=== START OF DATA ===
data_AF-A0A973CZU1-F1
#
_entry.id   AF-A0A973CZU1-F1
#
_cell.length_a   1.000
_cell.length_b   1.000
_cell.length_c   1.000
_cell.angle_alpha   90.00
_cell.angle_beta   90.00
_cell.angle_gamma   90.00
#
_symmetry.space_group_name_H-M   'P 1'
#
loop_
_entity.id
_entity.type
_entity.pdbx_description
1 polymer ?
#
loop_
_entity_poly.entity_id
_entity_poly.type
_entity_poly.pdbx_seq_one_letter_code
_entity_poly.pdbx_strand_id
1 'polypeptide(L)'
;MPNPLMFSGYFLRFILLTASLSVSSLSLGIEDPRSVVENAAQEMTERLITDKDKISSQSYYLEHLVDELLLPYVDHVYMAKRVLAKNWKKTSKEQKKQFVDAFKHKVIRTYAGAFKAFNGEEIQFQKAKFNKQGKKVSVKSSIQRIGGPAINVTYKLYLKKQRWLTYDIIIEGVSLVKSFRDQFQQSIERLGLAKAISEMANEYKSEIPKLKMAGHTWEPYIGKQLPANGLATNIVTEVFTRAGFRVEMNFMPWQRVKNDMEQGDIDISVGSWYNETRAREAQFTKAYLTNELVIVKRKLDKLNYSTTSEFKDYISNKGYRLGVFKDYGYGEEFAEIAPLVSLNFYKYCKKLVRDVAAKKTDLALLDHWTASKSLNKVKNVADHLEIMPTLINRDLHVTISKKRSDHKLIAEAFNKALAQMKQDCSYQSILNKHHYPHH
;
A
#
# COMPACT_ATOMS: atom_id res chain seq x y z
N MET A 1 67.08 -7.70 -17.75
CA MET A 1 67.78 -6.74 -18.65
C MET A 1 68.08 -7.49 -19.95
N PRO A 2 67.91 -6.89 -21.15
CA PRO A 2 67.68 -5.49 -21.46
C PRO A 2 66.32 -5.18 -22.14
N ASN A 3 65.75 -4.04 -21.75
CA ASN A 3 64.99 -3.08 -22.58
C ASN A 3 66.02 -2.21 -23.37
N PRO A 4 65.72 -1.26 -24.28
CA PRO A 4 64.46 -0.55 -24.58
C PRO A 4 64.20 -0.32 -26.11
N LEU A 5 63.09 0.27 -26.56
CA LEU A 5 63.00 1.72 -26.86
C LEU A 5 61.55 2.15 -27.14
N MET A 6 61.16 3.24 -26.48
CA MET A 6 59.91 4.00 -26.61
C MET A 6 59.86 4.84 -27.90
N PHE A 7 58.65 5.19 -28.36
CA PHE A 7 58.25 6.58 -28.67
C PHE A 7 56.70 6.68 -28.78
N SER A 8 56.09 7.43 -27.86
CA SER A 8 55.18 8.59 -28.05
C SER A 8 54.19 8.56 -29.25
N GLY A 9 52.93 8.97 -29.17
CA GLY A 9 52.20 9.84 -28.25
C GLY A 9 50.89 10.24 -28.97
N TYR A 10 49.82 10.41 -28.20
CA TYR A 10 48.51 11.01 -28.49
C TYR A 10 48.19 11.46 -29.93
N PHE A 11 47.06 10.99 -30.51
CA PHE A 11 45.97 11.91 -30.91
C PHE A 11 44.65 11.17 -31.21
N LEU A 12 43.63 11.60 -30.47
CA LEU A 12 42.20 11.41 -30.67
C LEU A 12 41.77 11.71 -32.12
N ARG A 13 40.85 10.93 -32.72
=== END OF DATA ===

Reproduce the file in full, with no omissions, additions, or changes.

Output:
data_AF-A0A973CZU1-F1
#
_entry.id   AF-A0A973CZU1-F1
#
_cell.length_a   1.000
_cell.length_b   1.000
_cell.length_c   1.000
_cell.angle_alpha   90.00
_cell.angle_beta   90.00
_cell.angle_gamma   90.00
#
_symmetry.space_group_name_H-M   'P 1'
#
loop_
_entity.id
_entity.type
_entity.pdbx_description
1 polymer ?
#
loop_
_entity_poly.entity_id
_entity_poly.type
_entity_poly.pdbx_seq_one_letter_code
_entity_poly.pdbx_strand_id
1 'polypeptide(L)'
;MPNPLMFSGYFLRFILLTASLSVSSLSLGIEDPRSVVENAAQEMTERLITDKDKISSQSYYLEHLVDELLLPYVDHVYMAKRVLAKNWKKTSKEQKKQFVDAFKHKVIRTYAGAFKAFNGEEIQFQKAKFNKQGKKVSVKSSIQRIGGPAINVTYKLYLKKQRWLTYDIIIEGVSLVKSFRDQFQQSIERLGLAKAISEMANEYKSEIPKLKMAGHTWEPYIGKQLPANGLATNIVTEVFTRAGFRVEMNFMPWQRVKNDMEQGDIDISVGSWYNETRAREAQFTKAYLTNELVIVKRKLDKLNYSTTSEFKDYISNKGYRLGVFKDYGYGEEFAEIAPLVSLNFYKYCKKLVRDVAAKKTDLALLDHWTASKSLNKVKNVADHLEIMPTLINRDLHVTISKKRSDHKLIAEAFNKALAQMKQDCSYQSILNKHHYPHH
;
A
#
# COMPACT_ATOMS: atom_id res chain seq x y z
N MET A 1 67.08 -7.70 -17.75
CA MET A 1 67.78 -6.74 -18.65
C MET A 1 68.08 -7.49 -19.95
N PRO A 2 67.91 -6.89 -21.15
CA PRO A 2 67.68 -5.49 -21.46
C PRO A 2 66.32 -5.18 -22.14
N ASN A 3 65.75 -4.04 -21.75
CA ASN A 3 64.99 -3.08 -22.58
C ASN A 3 66.02 -2.21 -23.37
N PRO A 4 65.72 -1.26 -24.28
CA PRO A 4 64.46 -0.55 -24.58
C PRO A 4 64.20 -0.32 -26.11
N LEU A 5 63.09 0.27 -26.56
CA LEU A 5 63.00 1.72 -26.86
C LEU A 5 61.55 2.15 -27.14
N MET A 6 61.16 3.24 -26.48
CA MET A 6 59.91 4.00 -26.61
C MET A 6 59.86 4.84 -27.90
N PHE A 7 58.65 5.19 -28.36
CA PHE A 7 58.25 6.58 -28.67
C PHE A 7 56.70 6.68 -28.78
N SER A 8 56.09 7.43 -27.86
CA SER A 8 55.18 8.59 -28.05
C SER A 8 54.19 8.56 -29.25
N GLY A 9 52.93 8.97 -29.17
CA GLY A 9 52.20 9.84 -28.25
C GLY A 9 50.89 10.24 -28.97
N TYR A 10 49.82 10.41 -28.20
CA TYR A 10 48.51 11.01 -28.49
C TYR A 10 48.19 11.46 -29.93
N PHE A 11 47.06 10.99 -30.51
CA PHE A 11 45.97 11.91 -30.91
C PHE A 11 44.65 11.17 -31.21
N LEU A 12 43.63 11.60 -30.47
CA LEU A 12 42.20 11.41 -30.67
C LEU A 12 41.77 11.71 -32.12
N ARG A 13 40.85 10.93 -32.72